Words: Faith E. Briggs
Images: Shelby Michelle, Sarah Klintworth, Eliza Earle
After 12 hours of driving, a quick stop to pick up a friend’s brother, a few hours in a motel in Reno, and a squirrely icy pass, we made it to Bishop, California – a place best known for it’s craggy boulders, a dusty valley surrounded by snowy peaks.
My girl Sara and I rolled into the Mountain Rambler Brewery, which was kindly hosting the Hey Flash Foxy Women’s Climbing Festival participants for early morning coffee. We caffeinated, said goodbye to our male compatriots, met some dope women who advised us on the relationship between granite boulders and losing the skin on your hands and decided to head to “The Happies” aka Happy Boulders. Moments later I was part of a caravan of crashpads with legs, walking up a sandy trail - a chain of women excited to climb on rocks.
So what do you need for a day of bouldering? Here are notes from a beginner:
I’ll argue coffee first and I even think I could advocate for bringing a jetboil out to the crag, but we are coffee enthusiasts here so there’s a chance that’s excessive…it’s hard for me to tell sometimes. Anyway, I definitely took our new flashy Tigre Athletic Coffee Cup Camp Mug with me as my good luck and stay awake charm.
Depending on the weather and start time, you guessed it: cozy socks and lightweight approach shoes. I love our Wool Hikers and Deadstock Collection when I’m looking for some coziness.
Then you’ve got you climbing gear: shoes, chalk, chalk bag, crash pads. Snacks are very important and lots of water. A portable radio could be included depending on the habits of climbing partners and the desires of other climbers with whom you are sharing the crag. There’s a lot of crag etiquette, which is a good thing because safety is key and if you bring your dog and they aren’t well behaved, you’re going to end up with fetch sticks on a crash pad…so crag train your pup, please. ☺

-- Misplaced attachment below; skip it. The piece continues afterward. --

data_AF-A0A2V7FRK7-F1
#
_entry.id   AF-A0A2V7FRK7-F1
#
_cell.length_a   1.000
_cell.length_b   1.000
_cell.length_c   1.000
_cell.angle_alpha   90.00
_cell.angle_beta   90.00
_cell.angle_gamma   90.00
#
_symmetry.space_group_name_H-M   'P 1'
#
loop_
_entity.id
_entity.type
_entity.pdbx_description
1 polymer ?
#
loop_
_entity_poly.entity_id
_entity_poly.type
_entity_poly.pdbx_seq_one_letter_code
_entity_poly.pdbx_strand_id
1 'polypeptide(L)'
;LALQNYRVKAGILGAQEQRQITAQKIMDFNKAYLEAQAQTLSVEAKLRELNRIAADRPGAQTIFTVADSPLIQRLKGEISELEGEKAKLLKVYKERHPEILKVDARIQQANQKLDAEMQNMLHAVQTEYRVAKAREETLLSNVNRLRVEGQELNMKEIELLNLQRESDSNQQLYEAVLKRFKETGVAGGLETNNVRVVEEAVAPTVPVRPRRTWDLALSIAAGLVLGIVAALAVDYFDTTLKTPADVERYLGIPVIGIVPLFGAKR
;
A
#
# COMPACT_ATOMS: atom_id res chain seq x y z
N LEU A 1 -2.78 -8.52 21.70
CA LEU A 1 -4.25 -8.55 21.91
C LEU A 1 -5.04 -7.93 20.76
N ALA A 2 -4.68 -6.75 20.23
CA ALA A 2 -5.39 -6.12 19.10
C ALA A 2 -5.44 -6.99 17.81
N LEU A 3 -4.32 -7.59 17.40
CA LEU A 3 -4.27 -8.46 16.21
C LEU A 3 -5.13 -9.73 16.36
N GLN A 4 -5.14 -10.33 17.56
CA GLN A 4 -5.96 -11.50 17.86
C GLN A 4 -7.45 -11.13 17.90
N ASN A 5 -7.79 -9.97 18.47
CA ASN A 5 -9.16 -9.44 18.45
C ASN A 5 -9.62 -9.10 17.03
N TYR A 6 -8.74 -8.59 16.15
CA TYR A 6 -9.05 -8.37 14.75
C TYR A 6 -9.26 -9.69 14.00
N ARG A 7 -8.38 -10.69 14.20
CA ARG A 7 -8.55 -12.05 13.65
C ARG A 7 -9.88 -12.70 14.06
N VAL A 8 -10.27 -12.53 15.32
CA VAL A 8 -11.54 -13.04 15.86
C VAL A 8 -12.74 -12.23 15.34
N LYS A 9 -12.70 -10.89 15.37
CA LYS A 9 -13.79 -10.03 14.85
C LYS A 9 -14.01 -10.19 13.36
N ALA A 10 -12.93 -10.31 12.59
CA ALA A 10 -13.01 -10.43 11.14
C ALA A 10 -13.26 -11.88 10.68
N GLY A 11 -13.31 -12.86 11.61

I learned from the pros to just stuff your bag of snacks, water, first aid kit etc, in between crash pads so you only have one thing to carry on your back. Oh yea…forgot to mention that we utilized a few of Band-Aids and some athletic tape to help stretch the day out when we were losing skin. Someone should definitely have a first aid kit with them, especially when you’re a hike from a car.
Sunglasses were a clutch thing to have so I was glad I’d just gotten a new pair of our Sunskis and I was pretty happy to have a hat too and was glad I brought our Black Cotton Velcro Patch Cap. Smart layers are key, it warms up fast and drops just as quickly in the desert, we had one pretty windy afternoon when I was very glad to have what I’m very scientifically calling the softest warmest sweatshirt in the world based on feel. The Tigre Time is seriously insane, I don’t get how it can be so thin and easy to pack yet so warm!
For three days I got to climb with an incredibly diverse group of women, have workshops with Olivia Hsu, Abbey Smith and Jules Jimreivat all of which were amazing, and I took my first big fall, which has made me a much more confident climber since. Big thank you to the Women’s Climbing Festival and Hey Flash Foxy Founder Shelma Jun.
I’m becoming a climbing enthusiast; it’s a fun way to cross train and fuels more reasons to get outside to cool places. More on that and some local climbing collabs coming soon!
Big thank you to the Payahuunadu Alliance for welcoming us into the Paiute territory. The Alliance is collecting gently used climbing gear to help in their work to encourage indigenous communities whose ancestral lands are in Bishop to get into climbing. We’ll be sending a package their way at the end of June and are collecting gear for that, so email us or send us a note on Instagram or message Faith if you have anything to donate!